Many ITS faculty members have résumés that include years of practical industry experience. Phyllis Bernt, Andy Snow, and Hans Kruse were high-level corporate managers. Phil Campbell managed the development of telecom software tools. John Hoag is a highly sought telecom consultant.
To view our entire faculty, please click here.
ITS students receive the Bachelor of Science in Communication degree, with information and telecommunication systems as their major field of study. The curriculum is quite flexible, echoing the wide range of opportunity in the field. All students take a core of technology and policy-oriented ITS classes, a broad suite of business classes, and a useful series of communication classes. Students choose among a list of elective classes that includes: Wireless Communication, Network Security, Encrypted Communication, Competition and Market Structure, Privacy in the Information Age, International Communication Networks, and more. Further, ITS students complete a block of five non-ITS courses, called the Area of Concentration, chosen to further their individual career goals.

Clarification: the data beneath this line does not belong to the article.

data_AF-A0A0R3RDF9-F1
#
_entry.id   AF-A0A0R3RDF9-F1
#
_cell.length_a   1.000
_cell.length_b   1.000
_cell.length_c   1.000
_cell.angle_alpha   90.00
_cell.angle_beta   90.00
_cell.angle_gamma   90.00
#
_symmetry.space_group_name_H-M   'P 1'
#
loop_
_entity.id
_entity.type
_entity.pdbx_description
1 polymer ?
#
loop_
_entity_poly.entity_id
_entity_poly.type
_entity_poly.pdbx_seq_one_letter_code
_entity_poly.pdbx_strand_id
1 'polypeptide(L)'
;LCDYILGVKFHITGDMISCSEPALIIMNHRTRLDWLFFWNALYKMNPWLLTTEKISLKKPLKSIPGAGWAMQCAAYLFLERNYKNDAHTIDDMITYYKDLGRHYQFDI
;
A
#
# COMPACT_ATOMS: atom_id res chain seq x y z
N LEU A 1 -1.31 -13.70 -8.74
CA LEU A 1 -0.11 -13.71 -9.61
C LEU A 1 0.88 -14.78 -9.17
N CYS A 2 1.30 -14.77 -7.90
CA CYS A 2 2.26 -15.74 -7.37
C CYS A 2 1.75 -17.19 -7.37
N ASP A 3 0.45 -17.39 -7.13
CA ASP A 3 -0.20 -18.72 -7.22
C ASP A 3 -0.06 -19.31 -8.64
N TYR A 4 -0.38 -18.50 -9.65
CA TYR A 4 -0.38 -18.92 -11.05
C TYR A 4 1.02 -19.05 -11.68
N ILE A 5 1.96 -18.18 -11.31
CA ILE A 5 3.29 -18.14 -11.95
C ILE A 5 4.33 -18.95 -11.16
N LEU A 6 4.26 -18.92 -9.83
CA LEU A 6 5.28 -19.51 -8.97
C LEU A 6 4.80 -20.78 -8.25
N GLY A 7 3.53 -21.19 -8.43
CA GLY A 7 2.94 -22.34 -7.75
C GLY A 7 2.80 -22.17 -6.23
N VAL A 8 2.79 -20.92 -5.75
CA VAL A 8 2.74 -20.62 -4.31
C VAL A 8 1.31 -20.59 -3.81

The Ohio University Scripps College of Communication is a leader in communication education—and it is the pride of Ohio University. Generally regarded as one of the top five programs in the nation, Scripps prepares students to be effective and responsible communicators in a global society and advances the field through creative activity and research on communication concepts, issues and problems.
Since its founding 40 years ago, Scripps has grown from just two schools – communication and journalism – to five schools offering more than 40 nationally acclaimed programs. These range from the very technical in the J. Warren McClure School of Information and Telecommunication Systems to the deeply theoretical in the School of Communication Studies – and everything in between in the E.W. Scripps School of Journalism, and the Schools of Media Arts and Studies and Visual Communication. In May 2006, the University received a commitment of $15 million from the Scripps Howard Foundation and the college was named in its honor.